Find Your Physique

With their dense, lean muscularity, today’s physique athletes are a throwback to bodybuilding’s Golden Era, when X-frames reigned supreme. Here’s how to eat, train and recover to look better in a pair of board shorts.
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Very few guys have the ability, let alone the desire, to step onstage and go toe to toe with elite-level bodybuilders carrying well over 200 pounds of mass at 4 percent body fat. And since the National Physique Committee (NPC) introduced men’s Physique as an active category in 2011, the competitive landscape has changed considerably. Finally, fitness-minded males see athletes onstage they can relate to and possibly even emulate.

A realistic, aesthetic physique to root for: It reminds us of the glory days when Frank Zane reigned in the world of bodybuilding. Speaking of attainable, if you want a body that resembles today’s top Physique pros and hearkens back to Zane, it’s time to start working toward that goal. In the following pages, we’ll outline what it takes to chisel out your own classic physique, right down to the rep, gram and calorie. With the road map so clearly drawn, you’ll finally see just how achievable a lean, muscular body can be.

Physique Training Principles

Successful Physique athletes pull their training protocols from a variety of disciplines. Developing muscle size and shape is paramount, so their workouts often look similar to bodybuilders’ routines. Yet they also want to display a fit, athletic look, as if they could step off the stage in their board shorts and go straight to the beach for a couple of hours of surfing, so many of their workout plans tend to include explosive movements and high-intensity cardio. These days, people go to the gym to achieve a wide range of goals simultaneously: size, strength, leanness, endurance, athleticism and functional fitness, to name a few. The Physique athlete is a shining example of this.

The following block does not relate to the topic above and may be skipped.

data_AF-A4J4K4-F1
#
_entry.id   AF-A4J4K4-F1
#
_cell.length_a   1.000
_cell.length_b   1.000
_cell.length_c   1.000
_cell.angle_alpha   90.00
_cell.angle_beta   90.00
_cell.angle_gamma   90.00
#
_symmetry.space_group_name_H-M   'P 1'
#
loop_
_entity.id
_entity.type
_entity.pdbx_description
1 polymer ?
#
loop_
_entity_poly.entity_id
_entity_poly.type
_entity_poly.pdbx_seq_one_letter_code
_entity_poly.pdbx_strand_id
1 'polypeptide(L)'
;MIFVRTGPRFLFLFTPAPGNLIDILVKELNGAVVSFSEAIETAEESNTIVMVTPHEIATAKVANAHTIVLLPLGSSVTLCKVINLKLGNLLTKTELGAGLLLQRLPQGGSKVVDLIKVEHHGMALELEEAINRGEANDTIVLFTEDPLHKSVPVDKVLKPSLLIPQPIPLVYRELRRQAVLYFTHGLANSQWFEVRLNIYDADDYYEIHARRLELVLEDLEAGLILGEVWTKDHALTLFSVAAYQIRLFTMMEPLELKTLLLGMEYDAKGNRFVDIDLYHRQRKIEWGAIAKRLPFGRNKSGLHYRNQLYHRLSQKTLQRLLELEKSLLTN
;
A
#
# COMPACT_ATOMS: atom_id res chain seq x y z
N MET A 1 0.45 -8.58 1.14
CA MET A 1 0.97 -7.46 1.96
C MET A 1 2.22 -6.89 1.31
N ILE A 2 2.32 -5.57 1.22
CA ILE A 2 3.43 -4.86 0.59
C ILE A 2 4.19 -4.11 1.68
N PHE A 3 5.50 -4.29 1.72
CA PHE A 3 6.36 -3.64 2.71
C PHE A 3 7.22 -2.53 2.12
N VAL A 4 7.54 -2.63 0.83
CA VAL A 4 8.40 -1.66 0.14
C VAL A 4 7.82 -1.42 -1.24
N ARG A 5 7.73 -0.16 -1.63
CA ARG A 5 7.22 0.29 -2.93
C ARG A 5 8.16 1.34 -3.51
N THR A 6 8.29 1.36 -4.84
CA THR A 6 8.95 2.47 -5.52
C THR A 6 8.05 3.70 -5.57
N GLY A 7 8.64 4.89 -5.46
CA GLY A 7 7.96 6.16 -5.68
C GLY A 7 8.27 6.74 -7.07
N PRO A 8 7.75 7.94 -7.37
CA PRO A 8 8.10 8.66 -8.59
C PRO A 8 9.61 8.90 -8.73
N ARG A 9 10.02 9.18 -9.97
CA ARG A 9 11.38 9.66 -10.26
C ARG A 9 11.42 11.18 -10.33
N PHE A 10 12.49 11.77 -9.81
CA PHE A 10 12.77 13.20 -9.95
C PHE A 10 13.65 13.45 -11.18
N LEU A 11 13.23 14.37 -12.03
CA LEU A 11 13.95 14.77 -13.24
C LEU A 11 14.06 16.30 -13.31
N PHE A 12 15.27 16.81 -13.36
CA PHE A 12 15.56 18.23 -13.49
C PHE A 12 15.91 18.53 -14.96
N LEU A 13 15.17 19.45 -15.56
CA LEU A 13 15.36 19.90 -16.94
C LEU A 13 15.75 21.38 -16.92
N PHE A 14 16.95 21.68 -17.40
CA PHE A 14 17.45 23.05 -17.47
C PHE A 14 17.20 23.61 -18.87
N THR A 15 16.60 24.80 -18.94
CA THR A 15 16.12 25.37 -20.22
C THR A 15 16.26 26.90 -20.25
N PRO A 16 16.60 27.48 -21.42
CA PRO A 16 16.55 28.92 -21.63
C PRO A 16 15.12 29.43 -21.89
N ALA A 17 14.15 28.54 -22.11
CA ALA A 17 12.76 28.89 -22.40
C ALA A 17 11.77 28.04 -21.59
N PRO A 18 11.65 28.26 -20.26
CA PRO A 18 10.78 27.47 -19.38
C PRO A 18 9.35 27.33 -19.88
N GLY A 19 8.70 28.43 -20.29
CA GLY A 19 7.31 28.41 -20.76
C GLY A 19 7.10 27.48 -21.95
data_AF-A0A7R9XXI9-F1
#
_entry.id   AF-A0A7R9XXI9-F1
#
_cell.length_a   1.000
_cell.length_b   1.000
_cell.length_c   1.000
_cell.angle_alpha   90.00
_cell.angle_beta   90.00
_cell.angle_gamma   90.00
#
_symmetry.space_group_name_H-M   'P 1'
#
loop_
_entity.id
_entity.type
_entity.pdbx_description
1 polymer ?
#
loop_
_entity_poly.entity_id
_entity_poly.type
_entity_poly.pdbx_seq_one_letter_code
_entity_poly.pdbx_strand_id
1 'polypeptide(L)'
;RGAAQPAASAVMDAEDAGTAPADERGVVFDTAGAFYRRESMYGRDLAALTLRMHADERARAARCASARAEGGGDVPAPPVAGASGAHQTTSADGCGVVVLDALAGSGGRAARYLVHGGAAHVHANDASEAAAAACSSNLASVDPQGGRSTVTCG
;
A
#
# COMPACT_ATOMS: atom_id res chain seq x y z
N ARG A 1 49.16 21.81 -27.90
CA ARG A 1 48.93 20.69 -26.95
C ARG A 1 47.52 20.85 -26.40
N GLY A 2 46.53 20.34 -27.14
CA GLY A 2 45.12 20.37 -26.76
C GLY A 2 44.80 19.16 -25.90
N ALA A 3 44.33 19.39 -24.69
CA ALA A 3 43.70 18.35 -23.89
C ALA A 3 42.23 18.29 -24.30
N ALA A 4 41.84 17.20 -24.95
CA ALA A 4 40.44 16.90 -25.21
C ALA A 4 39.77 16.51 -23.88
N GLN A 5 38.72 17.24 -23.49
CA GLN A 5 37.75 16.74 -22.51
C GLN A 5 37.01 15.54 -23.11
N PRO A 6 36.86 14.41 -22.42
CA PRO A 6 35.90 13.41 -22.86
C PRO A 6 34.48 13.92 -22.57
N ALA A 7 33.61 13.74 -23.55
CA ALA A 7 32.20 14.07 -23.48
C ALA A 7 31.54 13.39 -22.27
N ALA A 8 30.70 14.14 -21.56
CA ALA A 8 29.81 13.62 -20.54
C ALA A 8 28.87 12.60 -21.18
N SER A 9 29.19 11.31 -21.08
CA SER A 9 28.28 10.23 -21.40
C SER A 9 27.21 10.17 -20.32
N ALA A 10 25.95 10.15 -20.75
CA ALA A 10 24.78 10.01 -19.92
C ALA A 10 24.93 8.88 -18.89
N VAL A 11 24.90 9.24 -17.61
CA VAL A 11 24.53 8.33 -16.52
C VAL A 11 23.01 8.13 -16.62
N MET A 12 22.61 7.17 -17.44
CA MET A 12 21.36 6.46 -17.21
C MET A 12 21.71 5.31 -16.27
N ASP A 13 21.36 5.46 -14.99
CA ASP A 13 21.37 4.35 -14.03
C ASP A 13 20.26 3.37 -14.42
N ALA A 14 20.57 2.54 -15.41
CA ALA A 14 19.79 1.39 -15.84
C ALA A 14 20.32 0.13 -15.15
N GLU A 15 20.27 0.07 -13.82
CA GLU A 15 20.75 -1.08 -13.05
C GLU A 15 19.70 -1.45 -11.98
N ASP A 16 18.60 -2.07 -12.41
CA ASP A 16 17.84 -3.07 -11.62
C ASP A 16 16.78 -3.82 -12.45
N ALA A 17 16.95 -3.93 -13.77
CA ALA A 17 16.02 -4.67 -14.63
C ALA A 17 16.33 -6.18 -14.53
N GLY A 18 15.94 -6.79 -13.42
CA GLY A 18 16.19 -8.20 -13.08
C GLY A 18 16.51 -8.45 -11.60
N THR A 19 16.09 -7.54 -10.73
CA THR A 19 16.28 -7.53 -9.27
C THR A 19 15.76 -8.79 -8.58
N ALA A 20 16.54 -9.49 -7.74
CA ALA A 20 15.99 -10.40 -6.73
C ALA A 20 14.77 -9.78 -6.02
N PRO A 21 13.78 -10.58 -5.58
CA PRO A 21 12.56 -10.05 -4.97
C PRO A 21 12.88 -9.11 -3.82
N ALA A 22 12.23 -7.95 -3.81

Training for Hypertrophy

When you want to maximize quality muscle mass, training each major muscle group with high volume (total number of sets) is key. That’s why a traditional bodybuilding split, where different bodyparts are trained on different days, is the way to go versus hitting more or less the full body in every session. Three to five exercises per muscle group per workout, three to four sets of each movement, is a solid recommendation. As for rep ranges, your best bet is to stay in the widely accepted hypertrophy window of anywhere from eight to 15 reps (and occasionally up to 20) per set.

Training forPower/Strength/Athleticism

While size, shape and overall aesthetics are of utmost importance in the Physique division, a fit, athletic look with sleek lines is favored over a blocky, muscle-bound appearance. This is where Olympic lifting, plyometrics and other explosive movements come into play on a regular (weekly) basis. Developing muscular power translates directly to strength, and even indirectly to size, as you’ll be able to lift more weight for more reps to overload your muscles. There’s a reason Olympic-style lifts and power exercises like box jumps have become popular in the last decade or so: They help achieve myriad goals, from the aesthetic to the functional.